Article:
Within the scope of cultural activities carried out by the Hispafest Hispanic American Art and Culture Festival visuals arts has the ambition to have a strong presence in order to recall the strong Hispanic-American artistic tradition and reinforce the cultural ties among its citizens.
It is precisely in this context that the first Hispafest Emerging Art Show has been conceived with the explicit goal of providing exhibition opportunities for emerging Hispanic-American artists. Since the 2000s, Miami has become an important cultural hub with a great many talented Hispanic-American artists. From the first call of the Hispafest Emerging Art Show a selection has been made revolving around the “possible ways to abstraction”, as Daniel-Henry Kahnweiler would have stated.
Loosely grouped around the dialogue of figuration with abstraction, the shortlisted photographic and pictorial proposals by Nathalia Delgado Nachtigall, Carla Ruiz, Alex Pineco, LetiCapriles, and Iván Mikolji convey a series of varied and multilayered perspectives.
Sometimes while departing from clear figurative compositions, the idea of abstraction is merely hinted through the dialogue of form and color, as is the case with the photos of seascapes of Leti Capriles and Nathalia Delgado Nachtigall. While Caprilesoffers colorful underwater compositions of flora and fauna where the projection of daylight plays a decisive role suggesting here and there some abstract forms or gestures, Delgado Nachtigall showcases mesmerizing zenithal views of seascapes that in some cases end up becoming quasi-abstract compositions.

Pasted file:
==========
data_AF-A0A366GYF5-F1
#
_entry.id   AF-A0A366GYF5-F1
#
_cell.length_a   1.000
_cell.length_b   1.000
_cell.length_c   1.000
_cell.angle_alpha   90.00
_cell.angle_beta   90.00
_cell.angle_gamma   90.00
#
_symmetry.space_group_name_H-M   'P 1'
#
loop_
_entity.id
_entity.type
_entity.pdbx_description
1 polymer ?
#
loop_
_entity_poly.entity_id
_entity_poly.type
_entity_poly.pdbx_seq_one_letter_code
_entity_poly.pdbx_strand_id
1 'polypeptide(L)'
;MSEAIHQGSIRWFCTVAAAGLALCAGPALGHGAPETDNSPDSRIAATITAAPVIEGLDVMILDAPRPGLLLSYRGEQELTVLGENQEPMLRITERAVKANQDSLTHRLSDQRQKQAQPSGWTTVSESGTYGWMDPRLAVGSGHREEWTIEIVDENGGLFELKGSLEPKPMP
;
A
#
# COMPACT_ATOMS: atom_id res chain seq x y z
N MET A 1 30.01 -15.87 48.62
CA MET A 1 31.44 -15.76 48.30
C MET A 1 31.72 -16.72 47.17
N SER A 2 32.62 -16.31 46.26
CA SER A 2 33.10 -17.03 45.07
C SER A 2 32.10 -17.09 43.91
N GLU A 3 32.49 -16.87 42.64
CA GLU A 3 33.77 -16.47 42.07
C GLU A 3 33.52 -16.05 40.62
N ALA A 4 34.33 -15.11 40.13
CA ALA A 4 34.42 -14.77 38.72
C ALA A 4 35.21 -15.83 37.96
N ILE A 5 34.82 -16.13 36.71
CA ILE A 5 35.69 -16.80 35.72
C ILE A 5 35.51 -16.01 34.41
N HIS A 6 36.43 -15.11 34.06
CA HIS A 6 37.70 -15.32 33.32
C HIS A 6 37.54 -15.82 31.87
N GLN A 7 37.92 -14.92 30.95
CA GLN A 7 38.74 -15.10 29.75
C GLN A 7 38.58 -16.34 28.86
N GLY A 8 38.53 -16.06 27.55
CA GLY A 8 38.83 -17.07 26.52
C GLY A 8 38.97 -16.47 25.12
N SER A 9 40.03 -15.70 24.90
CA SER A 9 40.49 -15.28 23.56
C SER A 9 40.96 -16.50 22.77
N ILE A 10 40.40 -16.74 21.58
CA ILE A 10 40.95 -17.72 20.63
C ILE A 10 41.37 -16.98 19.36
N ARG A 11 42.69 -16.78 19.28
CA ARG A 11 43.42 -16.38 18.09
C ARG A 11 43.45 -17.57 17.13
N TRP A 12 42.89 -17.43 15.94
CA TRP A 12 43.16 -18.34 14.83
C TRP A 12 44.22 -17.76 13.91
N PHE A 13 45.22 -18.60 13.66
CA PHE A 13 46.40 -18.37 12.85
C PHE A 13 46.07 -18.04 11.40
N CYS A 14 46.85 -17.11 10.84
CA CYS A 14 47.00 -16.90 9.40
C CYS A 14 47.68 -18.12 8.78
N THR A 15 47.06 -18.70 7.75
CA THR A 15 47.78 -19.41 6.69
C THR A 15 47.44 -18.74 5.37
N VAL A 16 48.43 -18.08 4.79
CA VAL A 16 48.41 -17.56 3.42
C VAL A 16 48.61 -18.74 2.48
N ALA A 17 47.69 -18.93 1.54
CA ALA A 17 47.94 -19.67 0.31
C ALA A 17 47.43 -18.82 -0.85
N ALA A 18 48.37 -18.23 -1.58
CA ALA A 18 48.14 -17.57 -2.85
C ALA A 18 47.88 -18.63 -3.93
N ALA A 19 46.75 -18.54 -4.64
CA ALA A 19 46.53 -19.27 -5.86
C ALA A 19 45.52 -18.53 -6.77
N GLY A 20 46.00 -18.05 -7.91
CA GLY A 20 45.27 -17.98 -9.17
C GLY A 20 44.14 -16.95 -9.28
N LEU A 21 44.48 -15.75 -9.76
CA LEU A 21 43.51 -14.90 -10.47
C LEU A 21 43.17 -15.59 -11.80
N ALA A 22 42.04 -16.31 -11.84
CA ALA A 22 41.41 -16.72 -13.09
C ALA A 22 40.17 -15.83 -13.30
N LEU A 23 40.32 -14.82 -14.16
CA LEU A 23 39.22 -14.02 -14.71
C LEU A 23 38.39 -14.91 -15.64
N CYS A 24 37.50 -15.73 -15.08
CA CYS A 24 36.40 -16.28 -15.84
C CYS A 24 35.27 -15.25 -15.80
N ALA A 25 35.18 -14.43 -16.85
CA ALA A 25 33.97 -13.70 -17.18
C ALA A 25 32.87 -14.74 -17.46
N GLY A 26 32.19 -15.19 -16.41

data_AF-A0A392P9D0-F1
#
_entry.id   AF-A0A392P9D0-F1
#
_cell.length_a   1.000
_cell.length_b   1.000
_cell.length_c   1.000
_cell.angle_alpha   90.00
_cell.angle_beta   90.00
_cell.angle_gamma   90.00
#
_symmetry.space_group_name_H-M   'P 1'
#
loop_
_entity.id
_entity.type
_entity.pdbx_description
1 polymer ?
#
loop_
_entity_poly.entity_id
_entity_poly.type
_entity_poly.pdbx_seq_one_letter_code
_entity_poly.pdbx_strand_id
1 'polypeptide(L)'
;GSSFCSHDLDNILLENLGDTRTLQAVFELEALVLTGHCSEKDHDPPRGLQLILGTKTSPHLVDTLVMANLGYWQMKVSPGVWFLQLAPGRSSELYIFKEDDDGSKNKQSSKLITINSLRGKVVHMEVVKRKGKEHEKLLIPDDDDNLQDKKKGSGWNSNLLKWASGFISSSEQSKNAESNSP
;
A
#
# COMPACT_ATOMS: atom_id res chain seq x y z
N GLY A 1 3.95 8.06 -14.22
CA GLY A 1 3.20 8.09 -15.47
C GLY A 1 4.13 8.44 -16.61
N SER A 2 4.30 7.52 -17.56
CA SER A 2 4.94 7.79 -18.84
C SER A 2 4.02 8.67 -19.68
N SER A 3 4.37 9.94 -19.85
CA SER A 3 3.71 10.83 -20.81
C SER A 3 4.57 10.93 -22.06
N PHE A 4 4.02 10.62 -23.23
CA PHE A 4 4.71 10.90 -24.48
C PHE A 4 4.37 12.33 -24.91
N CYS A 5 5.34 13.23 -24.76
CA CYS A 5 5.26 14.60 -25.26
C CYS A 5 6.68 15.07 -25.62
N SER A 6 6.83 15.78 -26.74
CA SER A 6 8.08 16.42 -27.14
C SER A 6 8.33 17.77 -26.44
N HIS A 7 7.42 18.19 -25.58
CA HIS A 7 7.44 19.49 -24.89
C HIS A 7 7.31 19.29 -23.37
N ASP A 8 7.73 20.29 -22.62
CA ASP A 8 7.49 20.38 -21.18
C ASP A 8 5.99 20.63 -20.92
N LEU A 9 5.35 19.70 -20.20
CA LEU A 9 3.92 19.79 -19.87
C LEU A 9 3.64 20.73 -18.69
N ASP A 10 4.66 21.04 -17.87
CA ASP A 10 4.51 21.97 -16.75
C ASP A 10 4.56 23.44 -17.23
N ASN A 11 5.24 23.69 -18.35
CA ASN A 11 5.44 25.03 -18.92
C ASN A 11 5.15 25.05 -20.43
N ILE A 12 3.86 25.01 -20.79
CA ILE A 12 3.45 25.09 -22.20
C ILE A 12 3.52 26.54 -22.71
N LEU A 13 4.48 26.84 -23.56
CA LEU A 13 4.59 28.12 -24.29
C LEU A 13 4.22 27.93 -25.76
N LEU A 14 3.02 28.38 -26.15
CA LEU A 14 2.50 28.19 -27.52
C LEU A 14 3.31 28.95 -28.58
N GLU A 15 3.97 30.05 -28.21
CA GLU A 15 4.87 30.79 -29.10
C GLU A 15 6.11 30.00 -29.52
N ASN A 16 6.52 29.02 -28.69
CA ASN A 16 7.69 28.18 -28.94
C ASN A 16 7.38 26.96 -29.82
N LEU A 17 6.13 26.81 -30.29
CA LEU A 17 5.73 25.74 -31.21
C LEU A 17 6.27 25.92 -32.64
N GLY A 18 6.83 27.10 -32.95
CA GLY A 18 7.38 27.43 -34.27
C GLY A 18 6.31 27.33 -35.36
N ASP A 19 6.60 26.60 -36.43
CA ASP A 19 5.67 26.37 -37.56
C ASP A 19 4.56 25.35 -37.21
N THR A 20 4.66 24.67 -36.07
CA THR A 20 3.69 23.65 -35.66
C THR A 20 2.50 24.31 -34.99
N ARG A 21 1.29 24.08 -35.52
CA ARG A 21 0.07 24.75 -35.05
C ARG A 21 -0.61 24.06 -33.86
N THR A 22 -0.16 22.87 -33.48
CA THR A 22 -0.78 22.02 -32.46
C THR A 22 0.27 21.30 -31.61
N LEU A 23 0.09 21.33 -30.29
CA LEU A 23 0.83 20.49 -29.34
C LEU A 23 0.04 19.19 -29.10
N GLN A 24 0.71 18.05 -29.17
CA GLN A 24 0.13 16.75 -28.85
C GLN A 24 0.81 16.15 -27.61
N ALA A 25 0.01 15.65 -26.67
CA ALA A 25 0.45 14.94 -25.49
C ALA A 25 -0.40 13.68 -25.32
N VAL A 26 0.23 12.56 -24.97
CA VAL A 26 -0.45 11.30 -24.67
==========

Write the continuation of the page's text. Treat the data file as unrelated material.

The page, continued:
In the case of the pictorial propositions of Carla Ruiz and Iván Mikolji, while referring to concrete elements like the sun and the piranha fish, the spectator gets confronted with a set of compositions that are clearly pushing the boundary to abstraction. In her series, Sunset Carla Ruiz aspires to capture those fleeting moments when the sunset reaches its vanishing point conveying atmospheric and emotional compositions that experiment freely with different color variations. In his turn, Iván Mikolji is equally interested in nature and particularly in the fierce piranha fish which he portrays menacing through strong gestural and chromatic compositions that remind us some of the premises of the “surrealist abstracts” and their predilection for the unexpected, the dark and disturbing.
Alejandro Pineco bends abstraction even more so and resorts equally to nature but privileging microscopic elements like cells that are invisible to the naked eye. In these “scientific compositions,” the gesture is minimal(istic) and color exploration—that feeds from Mondrian, Pollock and Miro—ends up conforming a kind of sui generis techno-aesthetic landscape.
The first Hispafest Emerging Art Show: Abstractions reunites a series of Hispanic-American artists based in Miami whose works reflect on elements like abstraction, nature, color and atmosphere.